Asia has long been talked about as the next big marketplace for emerging industries. Now that the secret is out and the region’s ascension seems inevitable, the question becomes how supercities like Jakarta, Manila and Bangkok (which each boast populations of more than 10 million people) translate success in tech production to more efficient, “smart cities.”
Recently, the CEO of Singapore’s multimedia analytics startup Graymatics Abhijit Shanbhag wrote an editorial claiming that Southeast Asia should soon lead the world in smart cities. The challenge for the region is to improve quality of life for city inhabitants and make sure resources and existing infrastructure can efficiently handle the increasing number of people.
His startup specializes in facial recognition software. Although that mention normally brings up hairs in the back of many peoples’ necks, Graymatics is proposing to help necessary city infrastructures like public transportation, telecommunications and security, as well as in fields of commerce.
“It can be used for so much more, and we at Graymatics are leveraging the immense amounts of data we get to provide innovative solutions for clients,” Preeti Prabhu, the Lead Program Manager at Graymatics, told the Sociable a few months ago. “For instance, facial recognition can be used in the field of retail to identify and even differentiate between customers, such as first-timers and repeat customers. Clients can make use of this information to better cater to customers’ wants and build brand loyalty.”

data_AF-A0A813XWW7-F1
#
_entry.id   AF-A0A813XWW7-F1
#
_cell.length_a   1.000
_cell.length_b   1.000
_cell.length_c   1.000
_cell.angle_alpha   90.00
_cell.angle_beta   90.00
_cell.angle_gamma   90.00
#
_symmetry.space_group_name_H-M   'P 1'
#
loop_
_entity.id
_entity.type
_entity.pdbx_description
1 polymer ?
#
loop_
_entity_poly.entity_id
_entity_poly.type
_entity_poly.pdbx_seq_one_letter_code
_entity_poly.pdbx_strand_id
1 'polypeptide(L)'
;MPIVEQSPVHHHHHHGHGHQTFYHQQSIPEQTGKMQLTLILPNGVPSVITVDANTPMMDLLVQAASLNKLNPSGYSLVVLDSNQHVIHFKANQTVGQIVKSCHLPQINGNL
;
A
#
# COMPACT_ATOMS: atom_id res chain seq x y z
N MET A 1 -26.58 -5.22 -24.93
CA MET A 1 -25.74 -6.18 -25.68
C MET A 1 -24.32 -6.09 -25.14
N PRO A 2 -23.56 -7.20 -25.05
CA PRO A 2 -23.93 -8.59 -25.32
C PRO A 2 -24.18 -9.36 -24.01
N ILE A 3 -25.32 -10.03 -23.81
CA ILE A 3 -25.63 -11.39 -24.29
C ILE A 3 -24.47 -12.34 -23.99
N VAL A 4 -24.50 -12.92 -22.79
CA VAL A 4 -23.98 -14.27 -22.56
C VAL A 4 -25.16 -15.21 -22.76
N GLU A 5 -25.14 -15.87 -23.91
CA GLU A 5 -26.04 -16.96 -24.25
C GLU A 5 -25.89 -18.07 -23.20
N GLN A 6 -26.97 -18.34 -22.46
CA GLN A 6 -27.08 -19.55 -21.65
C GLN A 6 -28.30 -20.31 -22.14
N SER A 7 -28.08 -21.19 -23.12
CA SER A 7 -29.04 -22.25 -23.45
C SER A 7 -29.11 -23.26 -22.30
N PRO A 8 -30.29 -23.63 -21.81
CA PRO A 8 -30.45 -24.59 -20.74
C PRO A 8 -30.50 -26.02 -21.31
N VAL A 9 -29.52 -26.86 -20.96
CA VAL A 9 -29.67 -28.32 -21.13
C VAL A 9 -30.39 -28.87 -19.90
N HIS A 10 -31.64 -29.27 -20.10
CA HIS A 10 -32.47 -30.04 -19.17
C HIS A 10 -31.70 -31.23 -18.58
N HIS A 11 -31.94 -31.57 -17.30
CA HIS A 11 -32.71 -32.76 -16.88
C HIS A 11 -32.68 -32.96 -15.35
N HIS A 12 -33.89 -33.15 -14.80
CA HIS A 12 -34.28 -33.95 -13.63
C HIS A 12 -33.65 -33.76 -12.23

The startup is working hand-in-hand with officials in China to sure up public transportation practices in the country.
“Facial recognition can even be used in transport in place of traditional card passes, as we see increasingly happening. It is also replacing biometrics for tasks such as attendance-taking, door-opening, etc. The uses of facial recognition are great, and Graymatics, with enhanced image analytics and cognitive media processing, is strongly established in this field,” Prabhu said to the Sociable.
For his part, Shanbhag said he is optimistic that technology like his can help improve the regions’ cities. As it is, Southeast Asia is already noted for its production and manufacturing of tech, now it’s just a matter of utilizing those same technologies to improve life in their cities.
Disclosure: This article includes a client of an Espacio portfolio company